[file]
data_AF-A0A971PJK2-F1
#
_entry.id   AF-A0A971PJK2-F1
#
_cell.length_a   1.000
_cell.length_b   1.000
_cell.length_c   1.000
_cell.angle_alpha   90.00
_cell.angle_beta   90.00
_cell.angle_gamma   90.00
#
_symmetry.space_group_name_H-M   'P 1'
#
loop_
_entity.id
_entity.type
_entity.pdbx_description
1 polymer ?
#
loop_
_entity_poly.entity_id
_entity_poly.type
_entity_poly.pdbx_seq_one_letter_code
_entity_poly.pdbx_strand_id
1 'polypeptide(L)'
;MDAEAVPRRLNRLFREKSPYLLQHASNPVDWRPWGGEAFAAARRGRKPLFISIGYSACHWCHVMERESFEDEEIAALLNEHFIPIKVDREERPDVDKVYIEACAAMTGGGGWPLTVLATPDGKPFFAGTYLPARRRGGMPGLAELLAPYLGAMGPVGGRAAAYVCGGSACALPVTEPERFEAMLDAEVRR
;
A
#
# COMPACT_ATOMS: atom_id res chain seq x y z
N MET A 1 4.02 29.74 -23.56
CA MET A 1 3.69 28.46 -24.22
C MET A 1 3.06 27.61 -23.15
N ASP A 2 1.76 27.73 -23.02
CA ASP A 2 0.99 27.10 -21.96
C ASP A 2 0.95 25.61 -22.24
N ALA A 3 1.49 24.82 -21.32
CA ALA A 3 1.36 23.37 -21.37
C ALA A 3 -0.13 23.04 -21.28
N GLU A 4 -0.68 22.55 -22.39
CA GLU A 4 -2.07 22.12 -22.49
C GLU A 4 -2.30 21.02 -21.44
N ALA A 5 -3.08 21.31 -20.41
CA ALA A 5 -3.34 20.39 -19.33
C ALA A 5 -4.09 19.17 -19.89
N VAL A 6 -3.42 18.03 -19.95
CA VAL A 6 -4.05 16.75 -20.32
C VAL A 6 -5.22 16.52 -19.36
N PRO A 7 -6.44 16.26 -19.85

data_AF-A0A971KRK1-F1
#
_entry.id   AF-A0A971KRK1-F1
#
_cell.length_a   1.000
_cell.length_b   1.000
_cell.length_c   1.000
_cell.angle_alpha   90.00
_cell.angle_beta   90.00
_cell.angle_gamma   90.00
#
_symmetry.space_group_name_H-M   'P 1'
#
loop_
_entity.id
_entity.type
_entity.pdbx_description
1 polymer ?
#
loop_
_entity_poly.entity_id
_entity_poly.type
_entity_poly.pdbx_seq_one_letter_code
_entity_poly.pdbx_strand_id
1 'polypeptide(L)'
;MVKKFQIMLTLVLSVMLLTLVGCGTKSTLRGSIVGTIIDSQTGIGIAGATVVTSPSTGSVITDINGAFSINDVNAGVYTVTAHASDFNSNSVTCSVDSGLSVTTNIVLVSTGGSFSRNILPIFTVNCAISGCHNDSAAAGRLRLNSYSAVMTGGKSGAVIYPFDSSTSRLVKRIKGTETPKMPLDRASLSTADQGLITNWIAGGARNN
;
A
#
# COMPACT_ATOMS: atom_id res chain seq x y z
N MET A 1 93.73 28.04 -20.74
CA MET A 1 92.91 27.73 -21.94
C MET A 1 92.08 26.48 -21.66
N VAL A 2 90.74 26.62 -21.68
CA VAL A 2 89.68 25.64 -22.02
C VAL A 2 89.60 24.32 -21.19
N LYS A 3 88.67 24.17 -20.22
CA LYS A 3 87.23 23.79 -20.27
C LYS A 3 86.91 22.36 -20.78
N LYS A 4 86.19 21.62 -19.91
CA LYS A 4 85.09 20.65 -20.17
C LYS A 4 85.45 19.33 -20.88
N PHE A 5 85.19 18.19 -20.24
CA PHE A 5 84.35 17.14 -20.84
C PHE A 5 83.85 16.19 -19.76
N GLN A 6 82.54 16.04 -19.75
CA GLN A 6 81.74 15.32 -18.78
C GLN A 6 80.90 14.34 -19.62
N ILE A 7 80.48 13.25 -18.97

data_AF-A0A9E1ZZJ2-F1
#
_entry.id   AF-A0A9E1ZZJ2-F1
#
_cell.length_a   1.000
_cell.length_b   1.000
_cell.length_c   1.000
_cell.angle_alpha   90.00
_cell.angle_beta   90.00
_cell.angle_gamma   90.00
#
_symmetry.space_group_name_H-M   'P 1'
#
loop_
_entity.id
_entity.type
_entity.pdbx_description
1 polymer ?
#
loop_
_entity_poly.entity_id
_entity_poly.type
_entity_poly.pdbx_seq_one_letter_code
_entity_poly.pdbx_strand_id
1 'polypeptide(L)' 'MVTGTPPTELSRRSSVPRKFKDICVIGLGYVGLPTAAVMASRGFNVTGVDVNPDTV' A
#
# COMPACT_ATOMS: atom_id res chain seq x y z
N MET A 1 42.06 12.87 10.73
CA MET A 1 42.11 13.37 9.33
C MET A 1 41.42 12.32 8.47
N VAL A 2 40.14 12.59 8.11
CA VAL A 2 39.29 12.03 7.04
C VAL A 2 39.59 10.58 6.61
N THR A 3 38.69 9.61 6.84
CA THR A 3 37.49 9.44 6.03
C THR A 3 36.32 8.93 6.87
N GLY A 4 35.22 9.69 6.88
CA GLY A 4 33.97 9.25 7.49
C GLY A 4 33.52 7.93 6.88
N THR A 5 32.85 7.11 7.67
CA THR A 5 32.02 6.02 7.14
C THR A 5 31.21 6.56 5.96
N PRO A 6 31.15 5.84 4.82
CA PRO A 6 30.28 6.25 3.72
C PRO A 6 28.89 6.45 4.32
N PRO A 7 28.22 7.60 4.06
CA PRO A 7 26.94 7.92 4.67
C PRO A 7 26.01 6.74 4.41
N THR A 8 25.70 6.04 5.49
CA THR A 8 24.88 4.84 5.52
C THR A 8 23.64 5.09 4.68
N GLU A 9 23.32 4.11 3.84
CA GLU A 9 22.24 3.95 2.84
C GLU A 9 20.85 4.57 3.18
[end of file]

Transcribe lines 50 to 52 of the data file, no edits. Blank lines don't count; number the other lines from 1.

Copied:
data_AF-A0A971KRK1-F1
#
_entry.id   AF-A0A971KRK1-F1